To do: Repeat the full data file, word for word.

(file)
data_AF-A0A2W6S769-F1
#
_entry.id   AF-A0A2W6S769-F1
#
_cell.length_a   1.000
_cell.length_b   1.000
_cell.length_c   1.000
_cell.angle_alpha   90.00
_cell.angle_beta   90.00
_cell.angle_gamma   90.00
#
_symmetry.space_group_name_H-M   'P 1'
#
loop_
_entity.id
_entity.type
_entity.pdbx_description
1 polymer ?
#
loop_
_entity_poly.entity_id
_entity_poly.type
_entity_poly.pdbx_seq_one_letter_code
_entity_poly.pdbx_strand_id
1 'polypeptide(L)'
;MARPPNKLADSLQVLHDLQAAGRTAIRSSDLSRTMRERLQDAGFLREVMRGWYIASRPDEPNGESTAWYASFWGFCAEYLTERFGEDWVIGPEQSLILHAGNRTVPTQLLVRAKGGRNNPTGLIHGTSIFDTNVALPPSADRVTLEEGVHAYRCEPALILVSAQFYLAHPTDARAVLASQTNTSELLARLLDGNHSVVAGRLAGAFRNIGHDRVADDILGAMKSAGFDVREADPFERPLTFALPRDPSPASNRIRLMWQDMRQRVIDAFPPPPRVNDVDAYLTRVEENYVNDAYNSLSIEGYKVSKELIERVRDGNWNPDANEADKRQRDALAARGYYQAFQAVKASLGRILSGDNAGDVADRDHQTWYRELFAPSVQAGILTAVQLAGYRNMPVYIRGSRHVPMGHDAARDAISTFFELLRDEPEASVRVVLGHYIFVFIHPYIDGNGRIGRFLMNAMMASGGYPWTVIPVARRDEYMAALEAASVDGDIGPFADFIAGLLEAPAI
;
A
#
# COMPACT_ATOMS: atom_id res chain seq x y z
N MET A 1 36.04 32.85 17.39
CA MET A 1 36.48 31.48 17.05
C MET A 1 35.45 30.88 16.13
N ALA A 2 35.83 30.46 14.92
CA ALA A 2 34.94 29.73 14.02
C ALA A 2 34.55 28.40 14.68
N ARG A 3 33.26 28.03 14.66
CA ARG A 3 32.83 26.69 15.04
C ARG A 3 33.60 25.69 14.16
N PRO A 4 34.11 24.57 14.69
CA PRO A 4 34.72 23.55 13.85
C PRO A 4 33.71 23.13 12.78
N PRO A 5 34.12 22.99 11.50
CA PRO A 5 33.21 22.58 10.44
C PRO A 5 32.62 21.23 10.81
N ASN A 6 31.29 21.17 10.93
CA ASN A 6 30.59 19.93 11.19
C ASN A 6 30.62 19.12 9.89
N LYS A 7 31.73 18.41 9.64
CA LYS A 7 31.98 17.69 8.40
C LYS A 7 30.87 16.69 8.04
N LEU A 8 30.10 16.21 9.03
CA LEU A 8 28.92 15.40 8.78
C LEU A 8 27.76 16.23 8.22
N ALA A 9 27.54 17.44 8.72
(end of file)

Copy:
data_AF-A0A2W6S769-F1
#
_entry.id   AF-A0A2W6S769-F1
#
_cell.length_a   1.000
_cell.length_b   1.000
_cell.length_c   1.000
_cell.angle_alpha   90.00
_cell.angle_beta   90.00
_cell.angle_gamma   90.00
#
_symmetry.space_group_name_H-M   'P 1'
#
loop_
_entity.id
_entity.type
_entity.pdbx_description
1 polymer ?
#
loop_
_entity_poly.entity_id
_entity_poly.type
_entity_poly.pdbx_seq_one_letter_code
_entity_poly.pdbx_strand_id
1 'polypeptide(L)'
;MARPPNKLADSLQVLHDLQAAGRTAIRSSDLSRTMRERLQDAGFLREVMRGWYIASRPDEPNGESTAWYASFWGFCAEYLTERFGEDWVIGPEQSLILHAGNRTVPTQLLVRAKGGRNNPTGLIHGTSIFDTNVALPPSADRVTLEEGVHAYRCEPALILVSAQFYLAHPTDARAVLASQTNTSELLARLLDGNHSVVAGRLAGAFRNIGHDRVADDILGAMKSAGFDVREADPFERPLTFALPRDPSPASNRIRLMWQDMRQRVIDAFPPPPRVNDVDAYLTRVEENYVNDAYNSLSIEGYKVSKELIERVRDGNWNPDANEADKRQRDALAARGYYQAFQAVKASLGRILSGDNAGDVADRDHQTWYRELFAPSVQAGILTAVQLAGYRNMPVYIRGSRHVPMGHDAARDAISTFFELLRDEPEASVRVVLGHYIFVFIHPYIDGNGRIGRFLMNAMMASGGYPWTVIPVARRDEYMAALEAASVDGDIGPFADFIAGLLEAPAI
;
A
#
# COMPACT_ATOMS: atom_id res chain seq x y z
N MET A 1 36.04 32.85 17.39
CA MET A 1 36.48 31.48 17.05
C MET A 1 35.45 30.88 16.13
N ALA A 2 35.83 30.46 14.92
CA ALA A 2 34.94 29.73 14.02
C ALA A 2 34.55 28.40 14.68
N ARG A 3 33.26 28.03 14.66
CA ARG A 3 32.83 26.69 15.04
C ARG A 3 33.60 25.69 14.16
N PRO A 4 34.11 24.57 14.69
CA PRO A 4 34.72 23.55 13.85
C PRO A 4 33.71 23.13 12.78
N PRO A 5 34.12 22.99 11.50
CA PRO A 5 33.21 22.58 10.44
C PRO A 5 32.62 21.23 10.81
N ASN A 6 31.29 21.17 10.93
CA ASN A 6 30.59 19.93 11.19
C ASN A 6 30.62 19.12 9.89
N LYS A 7 31.73 18.41 9.64
CA LYS A 7 31.98 17.69 8.40
C LYS A 7 30.87 16.69 8.04
N LEU A 8 30.10 16.21 9.03
CA LEU A 8 28.92 15.40 8.78
C LEU A 8 27.76 16.23 8.22
N ALA A 9 27.54 17.44 8.72